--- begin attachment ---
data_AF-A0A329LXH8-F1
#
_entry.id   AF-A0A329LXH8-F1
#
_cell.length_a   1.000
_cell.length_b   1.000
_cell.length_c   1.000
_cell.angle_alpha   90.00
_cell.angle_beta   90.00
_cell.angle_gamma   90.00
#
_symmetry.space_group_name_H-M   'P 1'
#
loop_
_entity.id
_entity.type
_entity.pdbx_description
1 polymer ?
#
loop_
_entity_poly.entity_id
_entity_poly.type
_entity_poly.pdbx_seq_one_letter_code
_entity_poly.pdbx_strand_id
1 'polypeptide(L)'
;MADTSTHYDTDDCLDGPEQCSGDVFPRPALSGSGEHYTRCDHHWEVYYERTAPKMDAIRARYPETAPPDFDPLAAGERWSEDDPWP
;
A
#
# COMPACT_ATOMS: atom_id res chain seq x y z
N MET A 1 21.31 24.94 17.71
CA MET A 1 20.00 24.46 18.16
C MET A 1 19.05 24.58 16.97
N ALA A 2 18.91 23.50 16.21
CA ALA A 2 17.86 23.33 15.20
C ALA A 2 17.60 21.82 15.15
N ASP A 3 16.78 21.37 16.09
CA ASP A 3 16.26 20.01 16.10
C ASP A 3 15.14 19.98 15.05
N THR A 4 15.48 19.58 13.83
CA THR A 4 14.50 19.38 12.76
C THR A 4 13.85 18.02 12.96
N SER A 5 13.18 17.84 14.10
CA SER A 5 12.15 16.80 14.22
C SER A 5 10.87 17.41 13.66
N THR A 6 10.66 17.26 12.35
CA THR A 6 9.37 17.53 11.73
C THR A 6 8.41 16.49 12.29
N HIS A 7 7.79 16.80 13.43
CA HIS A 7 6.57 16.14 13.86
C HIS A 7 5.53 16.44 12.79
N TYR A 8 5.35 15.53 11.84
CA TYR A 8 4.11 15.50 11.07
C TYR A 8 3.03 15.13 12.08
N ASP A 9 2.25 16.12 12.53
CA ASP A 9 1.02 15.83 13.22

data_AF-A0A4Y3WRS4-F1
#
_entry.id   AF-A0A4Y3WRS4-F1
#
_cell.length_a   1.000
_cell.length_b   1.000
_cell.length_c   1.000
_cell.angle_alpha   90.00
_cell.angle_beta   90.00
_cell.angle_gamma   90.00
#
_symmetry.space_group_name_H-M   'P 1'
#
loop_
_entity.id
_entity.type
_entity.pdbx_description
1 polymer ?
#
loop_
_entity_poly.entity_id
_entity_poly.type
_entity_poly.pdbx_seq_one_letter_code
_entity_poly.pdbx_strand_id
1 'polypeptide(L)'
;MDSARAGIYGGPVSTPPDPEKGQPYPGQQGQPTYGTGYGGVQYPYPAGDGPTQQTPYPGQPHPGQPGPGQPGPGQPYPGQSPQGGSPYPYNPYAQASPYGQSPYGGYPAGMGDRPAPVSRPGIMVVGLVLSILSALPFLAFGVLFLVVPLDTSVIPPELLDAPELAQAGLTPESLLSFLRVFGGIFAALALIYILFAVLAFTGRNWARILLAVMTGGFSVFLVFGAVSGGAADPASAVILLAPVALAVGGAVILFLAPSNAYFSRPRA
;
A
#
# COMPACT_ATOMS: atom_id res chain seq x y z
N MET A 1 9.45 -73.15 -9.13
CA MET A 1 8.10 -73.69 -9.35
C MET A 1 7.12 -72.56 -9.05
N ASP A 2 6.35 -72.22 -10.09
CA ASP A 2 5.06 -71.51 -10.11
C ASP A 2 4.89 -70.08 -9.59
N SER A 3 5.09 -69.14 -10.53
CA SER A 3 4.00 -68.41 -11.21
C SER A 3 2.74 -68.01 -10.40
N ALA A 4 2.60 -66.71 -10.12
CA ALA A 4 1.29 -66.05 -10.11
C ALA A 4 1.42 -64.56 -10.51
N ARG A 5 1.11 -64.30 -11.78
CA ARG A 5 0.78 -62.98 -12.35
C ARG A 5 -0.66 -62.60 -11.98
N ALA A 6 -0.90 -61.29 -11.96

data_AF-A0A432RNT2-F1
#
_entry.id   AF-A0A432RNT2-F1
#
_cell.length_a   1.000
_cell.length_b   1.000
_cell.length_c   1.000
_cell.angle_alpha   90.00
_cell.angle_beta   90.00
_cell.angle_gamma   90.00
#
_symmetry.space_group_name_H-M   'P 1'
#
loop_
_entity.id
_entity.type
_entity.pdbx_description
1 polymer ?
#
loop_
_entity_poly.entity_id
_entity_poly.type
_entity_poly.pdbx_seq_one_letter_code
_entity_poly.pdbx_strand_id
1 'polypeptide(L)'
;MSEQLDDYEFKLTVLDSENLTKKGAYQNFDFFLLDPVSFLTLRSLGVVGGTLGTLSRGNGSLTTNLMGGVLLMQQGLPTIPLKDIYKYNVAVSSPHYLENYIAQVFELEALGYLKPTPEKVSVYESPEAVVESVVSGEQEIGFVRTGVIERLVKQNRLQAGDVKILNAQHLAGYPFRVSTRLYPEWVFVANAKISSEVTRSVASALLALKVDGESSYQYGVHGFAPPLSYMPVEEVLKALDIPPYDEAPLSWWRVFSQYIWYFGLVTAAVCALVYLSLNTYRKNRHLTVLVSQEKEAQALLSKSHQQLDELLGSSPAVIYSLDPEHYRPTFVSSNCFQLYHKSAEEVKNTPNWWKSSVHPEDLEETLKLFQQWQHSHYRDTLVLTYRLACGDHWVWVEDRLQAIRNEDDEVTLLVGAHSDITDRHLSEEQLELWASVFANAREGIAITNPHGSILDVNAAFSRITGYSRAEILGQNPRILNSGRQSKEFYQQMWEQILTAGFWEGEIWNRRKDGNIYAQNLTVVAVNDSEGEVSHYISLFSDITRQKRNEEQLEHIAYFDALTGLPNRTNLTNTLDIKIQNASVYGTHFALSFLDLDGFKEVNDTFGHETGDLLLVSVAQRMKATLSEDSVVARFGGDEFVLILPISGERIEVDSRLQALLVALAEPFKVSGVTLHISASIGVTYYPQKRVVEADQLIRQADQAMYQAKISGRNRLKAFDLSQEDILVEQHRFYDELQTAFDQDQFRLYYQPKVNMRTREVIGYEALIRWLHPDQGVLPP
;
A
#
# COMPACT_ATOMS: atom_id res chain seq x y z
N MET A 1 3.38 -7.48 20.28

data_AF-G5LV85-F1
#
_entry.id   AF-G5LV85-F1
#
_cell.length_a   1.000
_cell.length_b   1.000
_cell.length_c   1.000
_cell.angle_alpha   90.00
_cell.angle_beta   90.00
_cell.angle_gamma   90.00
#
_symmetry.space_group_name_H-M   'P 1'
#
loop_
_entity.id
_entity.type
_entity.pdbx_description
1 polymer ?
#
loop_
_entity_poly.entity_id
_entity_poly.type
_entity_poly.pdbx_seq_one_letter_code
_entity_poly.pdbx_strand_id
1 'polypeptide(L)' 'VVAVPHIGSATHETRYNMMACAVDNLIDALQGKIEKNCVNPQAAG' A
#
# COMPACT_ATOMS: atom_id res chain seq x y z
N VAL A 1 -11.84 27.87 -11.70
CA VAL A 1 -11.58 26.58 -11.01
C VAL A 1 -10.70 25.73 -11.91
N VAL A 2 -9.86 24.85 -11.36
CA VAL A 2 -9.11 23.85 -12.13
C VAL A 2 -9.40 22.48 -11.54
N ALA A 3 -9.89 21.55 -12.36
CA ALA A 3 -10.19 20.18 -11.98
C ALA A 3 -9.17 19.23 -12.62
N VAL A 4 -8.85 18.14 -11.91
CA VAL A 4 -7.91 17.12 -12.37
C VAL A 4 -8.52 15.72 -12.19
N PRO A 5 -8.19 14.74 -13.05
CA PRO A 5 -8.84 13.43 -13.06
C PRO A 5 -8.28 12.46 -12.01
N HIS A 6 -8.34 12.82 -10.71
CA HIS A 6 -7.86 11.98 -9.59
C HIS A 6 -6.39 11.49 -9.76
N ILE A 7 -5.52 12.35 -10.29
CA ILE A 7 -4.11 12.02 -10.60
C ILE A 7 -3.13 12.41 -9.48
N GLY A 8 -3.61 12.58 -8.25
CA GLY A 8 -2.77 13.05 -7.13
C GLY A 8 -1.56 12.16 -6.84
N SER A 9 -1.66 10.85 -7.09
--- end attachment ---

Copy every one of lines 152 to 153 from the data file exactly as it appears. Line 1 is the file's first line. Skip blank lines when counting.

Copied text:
#
loop_